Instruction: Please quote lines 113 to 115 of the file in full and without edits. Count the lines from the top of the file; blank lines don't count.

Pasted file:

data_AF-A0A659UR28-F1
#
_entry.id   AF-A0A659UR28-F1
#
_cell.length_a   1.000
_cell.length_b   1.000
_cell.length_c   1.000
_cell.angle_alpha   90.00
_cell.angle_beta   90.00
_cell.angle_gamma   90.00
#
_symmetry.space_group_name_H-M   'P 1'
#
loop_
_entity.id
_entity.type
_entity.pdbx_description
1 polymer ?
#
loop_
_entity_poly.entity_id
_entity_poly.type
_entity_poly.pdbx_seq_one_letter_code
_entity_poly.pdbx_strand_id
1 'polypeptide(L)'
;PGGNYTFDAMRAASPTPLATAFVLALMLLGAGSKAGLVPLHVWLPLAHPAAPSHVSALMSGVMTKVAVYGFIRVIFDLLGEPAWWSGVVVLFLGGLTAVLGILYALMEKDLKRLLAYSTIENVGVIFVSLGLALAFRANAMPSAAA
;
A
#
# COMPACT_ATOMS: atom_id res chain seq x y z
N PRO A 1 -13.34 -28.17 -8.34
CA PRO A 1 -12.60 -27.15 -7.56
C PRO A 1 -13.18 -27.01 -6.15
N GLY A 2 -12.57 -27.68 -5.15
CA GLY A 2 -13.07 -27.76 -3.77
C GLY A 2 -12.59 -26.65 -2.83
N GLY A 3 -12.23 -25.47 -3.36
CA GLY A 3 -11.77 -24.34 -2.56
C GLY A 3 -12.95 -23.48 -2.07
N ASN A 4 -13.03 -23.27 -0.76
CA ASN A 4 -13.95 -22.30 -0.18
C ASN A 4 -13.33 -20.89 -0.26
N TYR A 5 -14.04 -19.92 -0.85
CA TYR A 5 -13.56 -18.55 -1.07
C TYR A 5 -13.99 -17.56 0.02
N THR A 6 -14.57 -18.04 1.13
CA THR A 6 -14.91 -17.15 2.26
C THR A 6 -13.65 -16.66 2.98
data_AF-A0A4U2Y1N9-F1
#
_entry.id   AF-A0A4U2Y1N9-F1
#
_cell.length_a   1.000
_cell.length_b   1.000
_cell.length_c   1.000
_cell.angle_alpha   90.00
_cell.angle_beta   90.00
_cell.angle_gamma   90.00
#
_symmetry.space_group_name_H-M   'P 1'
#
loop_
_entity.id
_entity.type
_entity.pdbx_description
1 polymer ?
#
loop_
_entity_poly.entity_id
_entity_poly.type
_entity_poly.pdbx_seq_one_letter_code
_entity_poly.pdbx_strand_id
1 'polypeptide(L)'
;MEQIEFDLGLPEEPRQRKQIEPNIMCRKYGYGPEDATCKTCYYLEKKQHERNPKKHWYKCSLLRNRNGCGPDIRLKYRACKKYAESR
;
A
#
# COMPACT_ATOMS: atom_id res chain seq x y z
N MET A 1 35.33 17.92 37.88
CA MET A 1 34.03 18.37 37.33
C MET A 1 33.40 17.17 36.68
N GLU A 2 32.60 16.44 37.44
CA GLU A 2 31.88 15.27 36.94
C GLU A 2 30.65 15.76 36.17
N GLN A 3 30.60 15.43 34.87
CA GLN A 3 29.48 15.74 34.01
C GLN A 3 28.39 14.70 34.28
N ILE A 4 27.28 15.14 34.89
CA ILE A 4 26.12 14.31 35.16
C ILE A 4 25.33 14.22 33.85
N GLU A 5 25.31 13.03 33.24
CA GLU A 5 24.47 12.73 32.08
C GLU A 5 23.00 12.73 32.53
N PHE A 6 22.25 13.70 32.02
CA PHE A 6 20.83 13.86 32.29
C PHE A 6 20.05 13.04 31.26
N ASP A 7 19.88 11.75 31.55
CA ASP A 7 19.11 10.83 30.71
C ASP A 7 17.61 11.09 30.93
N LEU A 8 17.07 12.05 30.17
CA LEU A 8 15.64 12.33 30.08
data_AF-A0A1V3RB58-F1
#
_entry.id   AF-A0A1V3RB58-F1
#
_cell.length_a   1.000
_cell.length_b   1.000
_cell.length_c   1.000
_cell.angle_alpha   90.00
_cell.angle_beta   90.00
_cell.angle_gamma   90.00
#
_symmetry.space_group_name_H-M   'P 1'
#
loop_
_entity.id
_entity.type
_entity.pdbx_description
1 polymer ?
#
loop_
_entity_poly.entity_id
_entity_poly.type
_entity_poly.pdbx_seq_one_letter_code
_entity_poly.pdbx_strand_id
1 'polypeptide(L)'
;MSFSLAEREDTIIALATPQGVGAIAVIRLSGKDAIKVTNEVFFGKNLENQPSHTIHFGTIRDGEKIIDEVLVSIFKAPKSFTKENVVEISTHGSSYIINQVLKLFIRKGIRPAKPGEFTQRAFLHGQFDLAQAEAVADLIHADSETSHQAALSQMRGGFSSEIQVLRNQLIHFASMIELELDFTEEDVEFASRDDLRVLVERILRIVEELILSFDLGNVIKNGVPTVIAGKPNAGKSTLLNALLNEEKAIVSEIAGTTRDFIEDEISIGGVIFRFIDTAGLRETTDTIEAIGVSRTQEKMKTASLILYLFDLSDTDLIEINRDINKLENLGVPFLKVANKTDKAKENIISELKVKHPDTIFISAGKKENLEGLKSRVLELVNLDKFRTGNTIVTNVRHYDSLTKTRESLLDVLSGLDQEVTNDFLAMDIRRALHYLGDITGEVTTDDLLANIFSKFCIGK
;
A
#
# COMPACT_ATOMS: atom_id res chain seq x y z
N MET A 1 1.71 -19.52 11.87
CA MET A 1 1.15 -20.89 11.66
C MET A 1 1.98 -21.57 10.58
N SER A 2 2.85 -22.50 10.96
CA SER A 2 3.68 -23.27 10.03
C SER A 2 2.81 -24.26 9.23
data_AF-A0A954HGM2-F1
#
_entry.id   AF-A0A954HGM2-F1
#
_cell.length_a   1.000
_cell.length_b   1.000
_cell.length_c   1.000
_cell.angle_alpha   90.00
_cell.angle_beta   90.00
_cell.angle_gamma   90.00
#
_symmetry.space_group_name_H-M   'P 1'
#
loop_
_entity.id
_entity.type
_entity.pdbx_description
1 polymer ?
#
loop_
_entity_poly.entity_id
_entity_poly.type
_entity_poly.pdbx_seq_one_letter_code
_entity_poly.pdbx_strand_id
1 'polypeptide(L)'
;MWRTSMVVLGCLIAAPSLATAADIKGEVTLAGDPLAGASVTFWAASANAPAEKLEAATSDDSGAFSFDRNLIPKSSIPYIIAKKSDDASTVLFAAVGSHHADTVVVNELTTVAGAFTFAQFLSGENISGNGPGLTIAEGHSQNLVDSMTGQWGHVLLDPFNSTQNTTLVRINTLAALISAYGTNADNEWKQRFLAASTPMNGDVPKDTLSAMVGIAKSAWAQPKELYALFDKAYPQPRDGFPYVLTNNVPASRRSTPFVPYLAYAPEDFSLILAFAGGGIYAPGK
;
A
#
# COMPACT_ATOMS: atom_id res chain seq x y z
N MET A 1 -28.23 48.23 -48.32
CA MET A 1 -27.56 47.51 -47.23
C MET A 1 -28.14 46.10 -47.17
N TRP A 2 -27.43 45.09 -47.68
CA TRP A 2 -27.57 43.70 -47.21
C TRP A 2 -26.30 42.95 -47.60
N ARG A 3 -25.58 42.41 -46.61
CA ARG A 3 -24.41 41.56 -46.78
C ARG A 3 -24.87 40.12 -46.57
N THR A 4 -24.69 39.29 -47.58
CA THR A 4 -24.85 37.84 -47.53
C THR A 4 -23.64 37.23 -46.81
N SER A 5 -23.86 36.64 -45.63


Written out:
_symmetry.space_group_name_H-M   'P 1'
#
loop_